2010_11_22-thanksgivingaltar thekitchen

Photo: the apartment therapy

This idea of a Thanksgiving altar appeared on the Apartment Therapy website. Basically, you create an area where objects of special meaning are placed. Thanksgiving guests can add a photo or small object that expresses gratitude for someone, or something, or even a  situation going on in their life. Examples might be a recent wedding photo to celebrate the addition of a new family member, or even a business card that represents a first job or new business venture. If a family member is absent for any reason, you might include their photo as a loving gesture.

countryliving photo idea

photo: country living

s-CRAFT-OF-THE-DAY-large640 stylelist

Photo: stylelist

Another version of a Thanksgiving Gratitude tree that is filled with handwritten tags that express thankfulness.


No time for a tree?

Provide a basket or bowl and some paper. After dinner the bowl can be passed around and guests can read and try to figure out who wrote each tag. This is a nice way to initiate a different kind of  “sharing” at your Thanksgiving table.


Looking for beautiful tags? These can be downloaded for free if you click HERESilver box creative website invites readers to use these strips for napkin rings, tags for branches of trees or as a conversation piece. Here they are printed on kraft paper. I love these as chains hanging from a gratitude tree.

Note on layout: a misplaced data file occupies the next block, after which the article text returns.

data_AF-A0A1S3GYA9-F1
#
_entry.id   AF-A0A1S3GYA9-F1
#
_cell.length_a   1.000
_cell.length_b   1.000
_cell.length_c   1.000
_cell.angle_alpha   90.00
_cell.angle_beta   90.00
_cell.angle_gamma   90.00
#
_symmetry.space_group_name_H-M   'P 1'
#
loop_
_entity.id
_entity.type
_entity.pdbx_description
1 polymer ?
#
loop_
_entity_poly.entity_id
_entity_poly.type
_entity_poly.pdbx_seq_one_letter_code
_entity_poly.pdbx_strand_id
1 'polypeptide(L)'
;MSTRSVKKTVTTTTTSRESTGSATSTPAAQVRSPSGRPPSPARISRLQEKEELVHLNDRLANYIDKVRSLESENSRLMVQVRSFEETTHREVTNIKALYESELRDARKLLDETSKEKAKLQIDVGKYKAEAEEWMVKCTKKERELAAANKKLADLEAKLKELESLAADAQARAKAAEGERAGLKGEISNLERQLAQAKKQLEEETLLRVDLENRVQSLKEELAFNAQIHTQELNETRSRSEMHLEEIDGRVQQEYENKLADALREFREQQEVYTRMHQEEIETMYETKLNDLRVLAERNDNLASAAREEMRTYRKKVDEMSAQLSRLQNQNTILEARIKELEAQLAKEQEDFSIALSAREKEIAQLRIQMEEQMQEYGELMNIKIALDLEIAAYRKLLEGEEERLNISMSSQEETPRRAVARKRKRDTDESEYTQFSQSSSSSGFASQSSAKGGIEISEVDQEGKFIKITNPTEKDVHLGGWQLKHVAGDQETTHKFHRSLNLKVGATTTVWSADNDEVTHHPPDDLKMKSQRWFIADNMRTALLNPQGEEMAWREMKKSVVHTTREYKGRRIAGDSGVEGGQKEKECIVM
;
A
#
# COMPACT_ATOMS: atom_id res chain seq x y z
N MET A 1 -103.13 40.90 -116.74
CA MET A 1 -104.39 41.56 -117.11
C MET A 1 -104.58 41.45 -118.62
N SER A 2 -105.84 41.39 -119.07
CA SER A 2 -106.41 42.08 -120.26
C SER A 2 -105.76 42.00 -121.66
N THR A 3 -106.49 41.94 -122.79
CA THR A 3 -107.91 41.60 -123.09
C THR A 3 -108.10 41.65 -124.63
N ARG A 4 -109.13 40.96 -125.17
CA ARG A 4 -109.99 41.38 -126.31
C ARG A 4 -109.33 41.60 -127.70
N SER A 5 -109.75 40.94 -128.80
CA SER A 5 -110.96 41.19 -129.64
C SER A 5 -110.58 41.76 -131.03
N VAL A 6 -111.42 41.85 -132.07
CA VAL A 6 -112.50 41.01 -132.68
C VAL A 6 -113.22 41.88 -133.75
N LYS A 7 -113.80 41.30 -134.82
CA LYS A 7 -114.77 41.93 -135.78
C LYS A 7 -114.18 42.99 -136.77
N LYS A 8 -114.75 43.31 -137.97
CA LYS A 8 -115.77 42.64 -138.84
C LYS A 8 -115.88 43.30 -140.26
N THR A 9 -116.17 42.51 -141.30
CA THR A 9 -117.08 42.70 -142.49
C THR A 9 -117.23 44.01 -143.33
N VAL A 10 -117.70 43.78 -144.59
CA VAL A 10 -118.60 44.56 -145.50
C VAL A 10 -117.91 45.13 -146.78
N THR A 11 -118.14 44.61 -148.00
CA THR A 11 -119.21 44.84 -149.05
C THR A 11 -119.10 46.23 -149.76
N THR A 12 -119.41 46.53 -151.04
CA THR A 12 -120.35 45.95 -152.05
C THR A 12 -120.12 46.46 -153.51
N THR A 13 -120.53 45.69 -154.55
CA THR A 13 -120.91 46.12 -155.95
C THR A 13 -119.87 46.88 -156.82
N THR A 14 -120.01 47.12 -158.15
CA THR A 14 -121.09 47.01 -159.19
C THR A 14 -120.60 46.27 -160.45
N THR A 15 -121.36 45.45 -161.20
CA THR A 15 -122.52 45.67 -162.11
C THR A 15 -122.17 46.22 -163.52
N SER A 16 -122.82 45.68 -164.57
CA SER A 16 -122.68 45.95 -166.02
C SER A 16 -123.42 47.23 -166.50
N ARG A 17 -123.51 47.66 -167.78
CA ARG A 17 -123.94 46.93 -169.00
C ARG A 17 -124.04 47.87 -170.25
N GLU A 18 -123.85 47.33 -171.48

Well, I hope I gave you some things to think about. Remember, if you begin to get too stressed, you can always go on a Gratitude Walk.

Have a great wonderful day my friends!


Thursday, November 17, 2011

Why I Pray to the Blessed Mother


Hi friends, today I posted on my God and Coffee blog. To read about this topic please follow THIS link.

Tuesday, November 15, 2011

Ideas for your Thanksgiving Table

thanksgiving-centerpiece ivillage

photo: ivillage

Hello friends. Are you having your family over for Thanksgiving this year?

Please don’t stress, because there are so many ways to create lovely tables that are affordable and quite simple to do; I’ve got some inspirational pictures to share that will provide you with lots of ideas for your centerpieces and color schemes. Only please be warned. After being around so much of my Halloween decor, I’m feeling a bit tired of the orange/rust palette so I’ve chosen a few non-traditional color schemes as well. By the way, don’t you love the simplicity of a wooden plank in the middle of this table? Just layer some candles, pumpkins, gourds, and grapes and you have a pretty centerpiece that would also work well on a buffet table.


Photos: BHG, Pottery Barn

I’m loving the use of so much white on these tables. And I like the idea of bringing in grasses for a different and dramatic centerpiece. Hmm…I want those wicker and glass vases!